Fromer v. Town of Windsor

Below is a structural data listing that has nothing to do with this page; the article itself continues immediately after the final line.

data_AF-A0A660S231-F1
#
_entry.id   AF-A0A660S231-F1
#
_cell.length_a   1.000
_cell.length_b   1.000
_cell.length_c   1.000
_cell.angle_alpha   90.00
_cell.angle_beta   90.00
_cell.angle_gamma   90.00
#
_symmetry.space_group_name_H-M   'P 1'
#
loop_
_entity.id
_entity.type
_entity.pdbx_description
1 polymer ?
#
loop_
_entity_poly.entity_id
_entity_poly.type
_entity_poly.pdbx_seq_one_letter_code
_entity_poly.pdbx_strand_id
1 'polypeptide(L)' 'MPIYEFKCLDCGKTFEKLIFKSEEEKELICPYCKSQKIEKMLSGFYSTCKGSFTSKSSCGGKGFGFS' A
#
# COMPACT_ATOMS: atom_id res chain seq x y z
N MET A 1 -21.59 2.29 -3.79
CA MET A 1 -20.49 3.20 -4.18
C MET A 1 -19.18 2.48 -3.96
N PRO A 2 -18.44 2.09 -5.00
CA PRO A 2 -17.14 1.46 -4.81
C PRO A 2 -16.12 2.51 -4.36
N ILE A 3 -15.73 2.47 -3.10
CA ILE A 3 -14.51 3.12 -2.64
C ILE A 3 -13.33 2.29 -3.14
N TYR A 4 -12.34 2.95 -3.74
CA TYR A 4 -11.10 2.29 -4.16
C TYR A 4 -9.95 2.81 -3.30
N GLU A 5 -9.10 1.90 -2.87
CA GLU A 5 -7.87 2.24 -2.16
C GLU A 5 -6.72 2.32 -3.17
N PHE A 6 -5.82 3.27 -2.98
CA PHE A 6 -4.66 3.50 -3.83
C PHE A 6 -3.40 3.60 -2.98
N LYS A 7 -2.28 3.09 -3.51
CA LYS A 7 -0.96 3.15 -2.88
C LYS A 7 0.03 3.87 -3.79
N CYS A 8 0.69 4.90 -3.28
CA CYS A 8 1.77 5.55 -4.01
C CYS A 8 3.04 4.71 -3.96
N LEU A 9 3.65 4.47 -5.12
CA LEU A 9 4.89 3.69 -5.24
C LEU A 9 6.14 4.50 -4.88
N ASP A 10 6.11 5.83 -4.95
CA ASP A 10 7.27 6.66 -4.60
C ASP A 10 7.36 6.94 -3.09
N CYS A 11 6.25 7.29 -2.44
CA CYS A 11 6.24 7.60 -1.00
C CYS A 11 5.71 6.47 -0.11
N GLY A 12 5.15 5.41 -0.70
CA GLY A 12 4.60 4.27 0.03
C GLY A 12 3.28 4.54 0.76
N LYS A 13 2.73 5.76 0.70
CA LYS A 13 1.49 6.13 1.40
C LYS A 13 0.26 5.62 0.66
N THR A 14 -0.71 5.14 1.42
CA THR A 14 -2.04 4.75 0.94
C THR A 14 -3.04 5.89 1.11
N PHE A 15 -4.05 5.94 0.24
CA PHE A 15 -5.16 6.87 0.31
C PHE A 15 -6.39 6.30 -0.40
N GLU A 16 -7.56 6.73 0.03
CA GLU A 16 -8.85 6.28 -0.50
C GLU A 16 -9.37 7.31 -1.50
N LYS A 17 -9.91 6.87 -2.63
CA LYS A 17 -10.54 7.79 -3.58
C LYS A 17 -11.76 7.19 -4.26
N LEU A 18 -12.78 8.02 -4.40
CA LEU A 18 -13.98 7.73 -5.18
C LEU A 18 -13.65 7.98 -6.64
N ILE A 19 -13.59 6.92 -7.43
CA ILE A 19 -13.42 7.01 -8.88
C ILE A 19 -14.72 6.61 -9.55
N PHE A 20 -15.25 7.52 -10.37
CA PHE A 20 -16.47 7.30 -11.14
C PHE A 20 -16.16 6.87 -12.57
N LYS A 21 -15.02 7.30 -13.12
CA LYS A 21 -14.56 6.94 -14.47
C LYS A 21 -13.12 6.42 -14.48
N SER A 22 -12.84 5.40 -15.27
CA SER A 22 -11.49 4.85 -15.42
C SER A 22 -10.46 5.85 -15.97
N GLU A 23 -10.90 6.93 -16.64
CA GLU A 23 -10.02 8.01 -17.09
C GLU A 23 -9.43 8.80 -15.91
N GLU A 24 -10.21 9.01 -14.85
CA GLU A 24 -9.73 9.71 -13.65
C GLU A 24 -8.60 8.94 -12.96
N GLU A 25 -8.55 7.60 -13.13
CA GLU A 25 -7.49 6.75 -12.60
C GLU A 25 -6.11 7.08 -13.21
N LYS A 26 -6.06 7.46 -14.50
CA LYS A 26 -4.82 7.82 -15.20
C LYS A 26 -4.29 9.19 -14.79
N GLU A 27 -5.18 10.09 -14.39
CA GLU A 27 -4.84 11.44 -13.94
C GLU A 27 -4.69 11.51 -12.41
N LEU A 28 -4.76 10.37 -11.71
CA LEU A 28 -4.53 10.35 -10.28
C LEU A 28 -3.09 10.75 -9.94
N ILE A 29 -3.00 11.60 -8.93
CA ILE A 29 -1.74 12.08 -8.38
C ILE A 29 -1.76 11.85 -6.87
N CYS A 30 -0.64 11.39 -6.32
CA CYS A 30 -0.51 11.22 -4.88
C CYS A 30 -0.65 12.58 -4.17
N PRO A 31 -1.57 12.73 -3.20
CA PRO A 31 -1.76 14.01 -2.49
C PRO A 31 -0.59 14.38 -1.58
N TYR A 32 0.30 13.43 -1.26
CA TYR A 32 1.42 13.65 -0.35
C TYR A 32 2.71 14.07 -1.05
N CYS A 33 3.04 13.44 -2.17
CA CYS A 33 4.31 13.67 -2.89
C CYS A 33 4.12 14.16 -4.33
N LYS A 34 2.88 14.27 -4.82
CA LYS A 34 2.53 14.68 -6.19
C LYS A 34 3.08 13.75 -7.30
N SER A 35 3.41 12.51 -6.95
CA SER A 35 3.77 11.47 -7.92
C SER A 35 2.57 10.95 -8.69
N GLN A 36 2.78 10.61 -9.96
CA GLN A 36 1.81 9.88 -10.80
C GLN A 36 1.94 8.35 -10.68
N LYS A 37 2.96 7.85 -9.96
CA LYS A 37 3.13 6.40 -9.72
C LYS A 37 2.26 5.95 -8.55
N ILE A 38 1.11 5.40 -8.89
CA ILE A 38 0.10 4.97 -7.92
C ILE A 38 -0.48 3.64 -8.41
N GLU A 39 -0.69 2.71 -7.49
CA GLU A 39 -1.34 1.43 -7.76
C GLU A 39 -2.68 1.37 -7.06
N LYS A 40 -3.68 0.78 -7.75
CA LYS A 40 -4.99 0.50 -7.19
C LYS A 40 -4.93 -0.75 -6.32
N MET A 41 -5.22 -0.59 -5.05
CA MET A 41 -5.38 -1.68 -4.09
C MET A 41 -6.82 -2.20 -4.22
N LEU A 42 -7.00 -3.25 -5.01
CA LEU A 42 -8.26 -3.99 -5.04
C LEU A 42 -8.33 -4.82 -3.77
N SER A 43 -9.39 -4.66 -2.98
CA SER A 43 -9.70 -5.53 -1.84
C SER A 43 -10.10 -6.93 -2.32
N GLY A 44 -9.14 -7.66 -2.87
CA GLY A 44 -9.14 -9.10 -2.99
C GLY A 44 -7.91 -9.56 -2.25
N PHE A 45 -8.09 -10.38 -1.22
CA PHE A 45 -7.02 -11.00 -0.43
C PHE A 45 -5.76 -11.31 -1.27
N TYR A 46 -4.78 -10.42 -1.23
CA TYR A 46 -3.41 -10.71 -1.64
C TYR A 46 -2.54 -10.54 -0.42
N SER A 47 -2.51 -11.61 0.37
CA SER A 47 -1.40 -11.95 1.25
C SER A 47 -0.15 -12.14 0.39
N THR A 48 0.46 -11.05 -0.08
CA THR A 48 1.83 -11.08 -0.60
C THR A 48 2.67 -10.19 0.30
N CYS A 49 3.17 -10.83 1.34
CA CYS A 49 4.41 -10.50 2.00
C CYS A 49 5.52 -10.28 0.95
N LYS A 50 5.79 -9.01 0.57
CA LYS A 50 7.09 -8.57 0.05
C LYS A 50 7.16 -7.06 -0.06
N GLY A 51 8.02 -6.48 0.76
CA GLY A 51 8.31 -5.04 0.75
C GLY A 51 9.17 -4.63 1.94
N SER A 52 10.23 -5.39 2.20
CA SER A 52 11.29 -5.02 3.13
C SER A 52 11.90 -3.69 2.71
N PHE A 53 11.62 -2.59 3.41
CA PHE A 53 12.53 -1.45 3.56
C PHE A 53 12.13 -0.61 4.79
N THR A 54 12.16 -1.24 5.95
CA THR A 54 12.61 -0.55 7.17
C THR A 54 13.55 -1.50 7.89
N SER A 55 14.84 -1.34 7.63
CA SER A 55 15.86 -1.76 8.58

Government immunity constitutes a defense to a lawsuit and is not an affirmative cause of action that is available to a plaintiff who once served as a government official. Allegedly, the plaintiff, Robert Fromer, served as a commissioner on a municipal inland-wetlands agency, and the defendant town council elected to remove him. Fromer sued, alleging that the defendants violated his due-process rights, failed to provide sufficient cause for his removal, in violation of the Connecticut Supreme Court's 1980 decision in Obeda v. Board of Selectmen, and retaliated because he exercised his rights to free speech. The District Court denied Fromer's motions for a preliminary injunction and for a writ of mandamus. It granted the defendants' motion for summary judgment, and Fromer appealed. The 2nd Circuit reviewed the decision to grant the motion for summary judgment de novo. Summary judgment is appropriate "[w]here the record taken as a whole could not lead a rational trier of fact to find for the non-moving party," pursuant to Matsushita Elec. Indus. Co. v. Zenith Radio Corp., a 1986 decision of the U.S. Supreme Court. Fromer's arguments lacked merit. He was not entitled to immunity from removal, as he claimed, because immunity is a protection that extends to a defendant in a lawsuit, and he is the plaintiff. The District Court properly concluded that there were no genuine issues of material fact, and that the defendants were entitled to judgment as a matter of law. The 2nd Circuit affirmed the judgment of the District Court, Hall, J.